Jeff Dulmage: A month and a half ago, or whatever it was, in February there... And what a phenomenal conference, by the way. It's absolutely life-changing for us; I highly recommend that conference to anybody that's listening. It was a deal changer for us on so many different levels. We met probably north of 50 people that a lot of them we're still in contact with and building relationships with. It was just a tremendous, tremendous event. But anyway, so what I would say is it opened our eyes to look outside of our little tiny market.

We were kind of thinking that we might go 60 to 80 miles of Lima at one point. But coming back from that event, we decided that "Hey, we've got Cincinnati, Dayton, Columbus, Toledo, Fort Wayne, that are within two or three hours of us. Why are we not looking at these bigger markets, where they have so much more multifamily that could be purchased?" So we actually just delivered an LOI on an off-market deal up in Toledo today, so we're definitely making progress. But it took going to a conference like Best Ever to really help us understand the bigger picture I guess, and understand that if we're sitting here waiting for deals in Lima to come, 100-unit deal or 50-unit deals, we're going to be waiting a long time.

Slocomb Reed: I get what you're saying for sure, Jeff, but let me help you pitch cities like Lima and Springfield, Ohio to our Best Ever listeners from all over the country... Because there are a couple of things that cities like yours have going for them right now. Springfield, Ohio, to my amazement, was listed as one of the top 10 hottest real estate markets in the country through COVID. From an investor's perspective, there are a couple of things happening in places like Springfield and Lima on a macro scale that are important to consider.

One of them is that as remote work has become so much more prevalent, commonplace, and accepted by major Fortune 500 employers, a lot of people have sought out more affordable places to live, because where they live geographically has less of an impact on their ability to earn. They moved to a place where their dollar goes further, like Lima or Springfield.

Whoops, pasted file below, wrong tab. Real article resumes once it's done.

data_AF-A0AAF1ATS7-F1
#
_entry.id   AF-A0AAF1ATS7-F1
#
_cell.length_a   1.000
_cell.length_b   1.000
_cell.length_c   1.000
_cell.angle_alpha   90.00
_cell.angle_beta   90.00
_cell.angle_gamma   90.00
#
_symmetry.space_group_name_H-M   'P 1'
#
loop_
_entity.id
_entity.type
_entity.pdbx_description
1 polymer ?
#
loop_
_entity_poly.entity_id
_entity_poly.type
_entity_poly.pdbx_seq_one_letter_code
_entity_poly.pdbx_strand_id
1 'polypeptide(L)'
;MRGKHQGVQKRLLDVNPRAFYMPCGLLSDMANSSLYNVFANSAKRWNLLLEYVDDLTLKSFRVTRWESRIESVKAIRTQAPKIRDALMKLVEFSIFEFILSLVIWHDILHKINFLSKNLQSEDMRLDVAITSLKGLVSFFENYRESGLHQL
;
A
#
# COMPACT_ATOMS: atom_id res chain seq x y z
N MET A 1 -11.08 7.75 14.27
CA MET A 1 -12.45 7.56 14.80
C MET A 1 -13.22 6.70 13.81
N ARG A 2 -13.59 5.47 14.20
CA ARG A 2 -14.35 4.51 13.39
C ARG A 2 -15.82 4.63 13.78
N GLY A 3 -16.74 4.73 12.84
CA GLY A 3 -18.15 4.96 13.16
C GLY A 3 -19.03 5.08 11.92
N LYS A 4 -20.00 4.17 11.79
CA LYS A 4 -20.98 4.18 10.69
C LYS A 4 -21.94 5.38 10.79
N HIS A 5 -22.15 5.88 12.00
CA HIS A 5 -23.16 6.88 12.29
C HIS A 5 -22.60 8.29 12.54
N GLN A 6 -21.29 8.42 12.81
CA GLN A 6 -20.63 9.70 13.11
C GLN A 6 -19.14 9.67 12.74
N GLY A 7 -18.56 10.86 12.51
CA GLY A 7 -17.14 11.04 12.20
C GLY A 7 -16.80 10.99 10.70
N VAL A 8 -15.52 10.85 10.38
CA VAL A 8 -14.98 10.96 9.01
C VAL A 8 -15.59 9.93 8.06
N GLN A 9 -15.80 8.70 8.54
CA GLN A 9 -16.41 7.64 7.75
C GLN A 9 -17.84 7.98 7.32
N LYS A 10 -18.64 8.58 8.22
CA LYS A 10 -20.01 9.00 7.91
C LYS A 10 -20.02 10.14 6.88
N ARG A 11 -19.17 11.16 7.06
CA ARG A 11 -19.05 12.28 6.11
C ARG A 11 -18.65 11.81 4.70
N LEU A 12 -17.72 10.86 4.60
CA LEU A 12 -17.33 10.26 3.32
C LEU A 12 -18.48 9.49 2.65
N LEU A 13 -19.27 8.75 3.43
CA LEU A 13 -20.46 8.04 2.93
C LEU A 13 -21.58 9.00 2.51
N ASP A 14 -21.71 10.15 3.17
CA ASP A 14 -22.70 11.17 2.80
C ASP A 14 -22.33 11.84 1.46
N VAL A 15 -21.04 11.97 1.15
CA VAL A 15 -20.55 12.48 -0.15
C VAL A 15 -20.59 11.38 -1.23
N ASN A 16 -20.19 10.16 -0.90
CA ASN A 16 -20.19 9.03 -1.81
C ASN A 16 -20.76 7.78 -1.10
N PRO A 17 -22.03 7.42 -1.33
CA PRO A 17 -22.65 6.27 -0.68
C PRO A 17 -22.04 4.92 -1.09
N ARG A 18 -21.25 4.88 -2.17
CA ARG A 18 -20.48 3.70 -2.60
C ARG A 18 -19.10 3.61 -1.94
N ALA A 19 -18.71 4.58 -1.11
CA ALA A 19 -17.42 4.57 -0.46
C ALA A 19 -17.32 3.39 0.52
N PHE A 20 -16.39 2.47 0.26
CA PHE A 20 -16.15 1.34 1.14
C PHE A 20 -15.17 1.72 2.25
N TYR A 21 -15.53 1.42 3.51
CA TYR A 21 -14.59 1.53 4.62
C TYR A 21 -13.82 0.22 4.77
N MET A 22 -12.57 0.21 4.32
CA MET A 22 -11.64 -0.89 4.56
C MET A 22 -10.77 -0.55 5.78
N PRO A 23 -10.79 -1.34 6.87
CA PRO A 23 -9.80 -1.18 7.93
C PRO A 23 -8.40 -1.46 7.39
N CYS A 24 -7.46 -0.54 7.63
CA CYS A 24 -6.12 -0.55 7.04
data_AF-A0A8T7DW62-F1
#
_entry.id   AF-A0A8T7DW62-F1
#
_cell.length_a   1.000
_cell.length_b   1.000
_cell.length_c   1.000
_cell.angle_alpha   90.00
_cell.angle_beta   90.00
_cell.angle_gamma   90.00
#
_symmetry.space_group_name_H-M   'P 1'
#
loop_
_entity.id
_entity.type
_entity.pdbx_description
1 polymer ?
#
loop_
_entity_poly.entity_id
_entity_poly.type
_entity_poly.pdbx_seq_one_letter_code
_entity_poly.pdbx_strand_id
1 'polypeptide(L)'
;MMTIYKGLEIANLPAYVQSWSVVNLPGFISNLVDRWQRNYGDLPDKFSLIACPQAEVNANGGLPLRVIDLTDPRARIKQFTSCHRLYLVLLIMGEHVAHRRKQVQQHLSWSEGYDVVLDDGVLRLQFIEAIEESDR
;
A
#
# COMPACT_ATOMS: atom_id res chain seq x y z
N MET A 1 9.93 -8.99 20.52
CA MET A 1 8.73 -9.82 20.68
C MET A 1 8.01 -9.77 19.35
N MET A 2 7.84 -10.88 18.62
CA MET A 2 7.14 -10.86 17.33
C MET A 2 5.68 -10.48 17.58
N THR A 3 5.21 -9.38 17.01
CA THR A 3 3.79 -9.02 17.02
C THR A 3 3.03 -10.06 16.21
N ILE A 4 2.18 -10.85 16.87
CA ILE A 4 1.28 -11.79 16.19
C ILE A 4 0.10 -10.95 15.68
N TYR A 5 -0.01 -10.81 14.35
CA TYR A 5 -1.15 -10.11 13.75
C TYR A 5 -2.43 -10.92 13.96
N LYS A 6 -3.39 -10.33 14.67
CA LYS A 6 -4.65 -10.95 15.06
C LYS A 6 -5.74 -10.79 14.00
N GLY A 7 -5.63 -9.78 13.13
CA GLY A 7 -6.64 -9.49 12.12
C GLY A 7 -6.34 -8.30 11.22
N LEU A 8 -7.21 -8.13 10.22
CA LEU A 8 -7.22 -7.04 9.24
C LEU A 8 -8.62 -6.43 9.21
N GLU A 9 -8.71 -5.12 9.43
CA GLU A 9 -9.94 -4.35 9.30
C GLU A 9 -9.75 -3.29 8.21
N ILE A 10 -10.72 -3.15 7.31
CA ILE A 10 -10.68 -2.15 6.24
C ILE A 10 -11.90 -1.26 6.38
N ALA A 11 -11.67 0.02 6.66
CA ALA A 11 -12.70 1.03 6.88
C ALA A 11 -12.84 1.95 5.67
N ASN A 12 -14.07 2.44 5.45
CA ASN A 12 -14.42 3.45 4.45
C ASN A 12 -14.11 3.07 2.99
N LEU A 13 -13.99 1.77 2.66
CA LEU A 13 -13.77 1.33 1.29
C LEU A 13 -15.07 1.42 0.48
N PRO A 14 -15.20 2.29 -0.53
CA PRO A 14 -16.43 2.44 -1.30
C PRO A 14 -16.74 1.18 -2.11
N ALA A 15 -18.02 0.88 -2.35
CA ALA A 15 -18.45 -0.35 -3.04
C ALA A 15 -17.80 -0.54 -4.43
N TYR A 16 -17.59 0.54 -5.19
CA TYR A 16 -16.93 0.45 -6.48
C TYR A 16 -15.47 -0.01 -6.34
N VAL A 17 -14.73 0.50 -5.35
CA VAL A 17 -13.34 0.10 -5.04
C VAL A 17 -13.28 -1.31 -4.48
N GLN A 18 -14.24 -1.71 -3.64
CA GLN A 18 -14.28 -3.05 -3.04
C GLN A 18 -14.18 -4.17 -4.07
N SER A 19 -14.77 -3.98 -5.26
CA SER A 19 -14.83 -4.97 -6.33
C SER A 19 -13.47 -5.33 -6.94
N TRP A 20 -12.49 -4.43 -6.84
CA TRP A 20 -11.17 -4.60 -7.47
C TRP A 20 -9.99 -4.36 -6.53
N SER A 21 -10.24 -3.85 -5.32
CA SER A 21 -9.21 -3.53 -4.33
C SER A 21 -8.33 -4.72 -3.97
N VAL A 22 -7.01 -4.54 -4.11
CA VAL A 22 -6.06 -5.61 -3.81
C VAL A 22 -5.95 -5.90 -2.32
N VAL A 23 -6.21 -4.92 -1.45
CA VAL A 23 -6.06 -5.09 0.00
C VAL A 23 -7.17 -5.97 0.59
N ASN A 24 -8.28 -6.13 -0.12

Jeff Dulmage: Exactly.

Slocomb Reed: So there's been increasing demand to live in places like that as a part of what's happening to the changing economy and job market that we see, and the changes in what employment looks like, especially since COVID. Another thing that could be on the horizon... Again, anytime you talk about the future is just speculation. But something that could be on the horizon is as we see global supply chains challenged by the issues that are happening in port cities like Los Angeles, the challenges that COVID has posed... This is been recorded in early April 2022, so the challenges posed by international conflicts that are not in the United States to our supply chains - we are seeing a movement to bring manufacturing and industry back to the United States. Towns like Lima already have the infrastructure to make that possible. If it's not already happening in your backyard, Jeff, there's a good potential that companies that want to bring their manufacturing more local, so that they're less reliant on what we now recognize as a much more fragile global supply chain, Lima is ready to go. Springfield, Ohio is ready to go.

Jeff Dulmage: Yup. We've seen that, and I really feel like our economic development folks in our area are getting it right. We've seen a number of employers move into this area and build plants, and we've got a couple of spec plants that are supposed to be going up here... We've got a whole new industrial development or two that are going in near I-75 at Lima... Those developments will bring jobs, and we're working on the housing piece to support all that.

So it is, it's exciting. The fact is, from an investor perspective, Lima is a real opportunity for people who are looking for smaller investments. If you're just looking for investing in single-family houses, you can still cash-flow great off of single-family houses in Lima, Ohio, and make great money on them. I know of guys making $300 to $700 a month on a single-family house, or more.